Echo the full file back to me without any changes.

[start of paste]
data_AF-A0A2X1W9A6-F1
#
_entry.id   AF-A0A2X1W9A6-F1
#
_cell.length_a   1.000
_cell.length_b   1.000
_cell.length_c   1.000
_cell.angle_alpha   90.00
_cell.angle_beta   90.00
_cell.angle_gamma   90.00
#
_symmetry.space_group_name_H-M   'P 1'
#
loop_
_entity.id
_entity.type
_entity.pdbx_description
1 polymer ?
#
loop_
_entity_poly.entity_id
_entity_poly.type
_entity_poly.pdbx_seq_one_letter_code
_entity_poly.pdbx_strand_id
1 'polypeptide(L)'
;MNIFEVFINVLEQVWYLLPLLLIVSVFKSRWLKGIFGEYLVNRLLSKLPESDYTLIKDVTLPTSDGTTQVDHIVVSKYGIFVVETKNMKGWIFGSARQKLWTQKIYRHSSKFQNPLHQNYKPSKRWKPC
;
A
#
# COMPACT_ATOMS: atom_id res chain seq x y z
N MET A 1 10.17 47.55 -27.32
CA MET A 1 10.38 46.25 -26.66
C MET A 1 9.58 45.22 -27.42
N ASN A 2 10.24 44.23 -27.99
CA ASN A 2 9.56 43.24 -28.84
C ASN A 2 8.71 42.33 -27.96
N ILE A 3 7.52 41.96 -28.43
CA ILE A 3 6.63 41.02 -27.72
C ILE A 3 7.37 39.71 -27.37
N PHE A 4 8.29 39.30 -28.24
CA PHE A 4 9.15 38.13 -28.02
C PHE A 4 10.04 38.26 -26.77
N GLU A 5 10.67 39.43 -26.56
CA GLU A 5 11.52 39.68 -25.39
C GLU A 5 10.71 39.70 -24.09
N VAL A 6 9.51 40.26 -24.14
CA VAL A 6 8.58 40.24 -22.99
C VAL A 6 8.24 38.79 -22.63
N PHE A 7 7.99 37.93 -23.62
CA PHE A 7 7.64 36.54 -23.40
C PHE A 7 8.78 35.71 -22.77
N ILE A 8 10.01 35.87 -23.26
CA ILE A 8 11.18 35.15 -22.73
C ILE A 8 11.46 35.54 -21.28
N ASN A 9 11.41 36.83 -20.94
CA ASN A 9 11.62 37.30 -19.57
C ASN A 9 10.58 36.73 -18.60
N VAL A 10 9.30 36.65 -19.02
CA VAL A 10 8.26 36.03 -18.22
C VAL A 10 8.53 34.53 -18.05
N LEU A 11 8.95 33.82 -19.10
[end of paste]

data_AF-A0A2X1W9A6-F1
#
_entry.id   AF-A0A2X1W9A6-F1
#
_cell.length_a   1.000
_cell.length_b   1.000
_cell.length_c   1.000
_cell.angle_alpha   90.00
_cell.angle_beta   90.00
_cell.angle_gamma   90.00
#
_symmetry.space_group_name_H-M   'P 1'
#
loop_
_entity.id
_entity.type
_entity.pdbx_description
1 polymer ?
#
loop_
_entity_poly.entity_id
_entity_poly.type
_entity_poly.pdbx_seq_one_letter_code
_entity_poly.pdbx_strand_id
1 'polypeptide(L)'
;MNIFEVFINVLEQVWYLLPLLLIVSVFKSRWLKGIFGEYLVNRLLSKLPESDYTLIKDVTLPTSDGTTQVDHIVVSKYGIFVVETKNMKGWIFGSARQKLWTQKIYRHSSKFQNPLHQNYKPSKRWKPC
;
A
#
# COMPACT_ATOMS: atom_id res chain seq x y z
N MET A 1 10.17 47.55 -27.32
CA MET A 1 10.38 46.25 -26.66
C MET A 1 9.58 45.22 -27.42
N ASN A 2 10.24 44.23 -27.99
CA ASN A 2 9.56 43.24 -28.84
C ASN A 2 8.71 42.33 -27.96
N ILE A 3 7.52 41.96 -28.43
CA ILE A 3 6.63 41.02 -27.72
C ILE A 3 7.37 39.71 -27.37
N PHE A 4 8.29 39.30 -28.24
CA PHE A 4 9.15 38.13 -28.02
C PHE A 4 10.04 38.26 -26.77
N GLU A 5 10.67 39.43 -26.56
CA GLU A 5 11.52 39.68 -25.39
C GLU A 5 10.71 39.70 -24.09
N VAL A 6 9.51 40.26 -24.14
CA VAL A 6 8.58 40.24 -22.99
C VAL A 6 8.24 38.79 -22.63
N PHE A 7 7.99 37.93 -23.62
CA PHE A 7 7.64 36.54 -23.40
C PHE A 7 8.78 35.71 -22.77
N ILE A 8 10.01 35.87 -23.26
CA ILE A 8 11.18 35.15 -22.73
C ILE A 8 11.46 35.54 -21.28
N ASN A 9 11.41 36.83 -20.94
CA ASN A 9 11.62 37.30 -19.57
C ASN A 9 10.58 36.73 -18.60
N VAL A 10 9.30 36.65 -19.02
CA VAL A 10 8.26 36.03 -18.22
C VAL A 10 8.53 34.53 -18.05
N LEU A 11 8.95 33.82 -19.10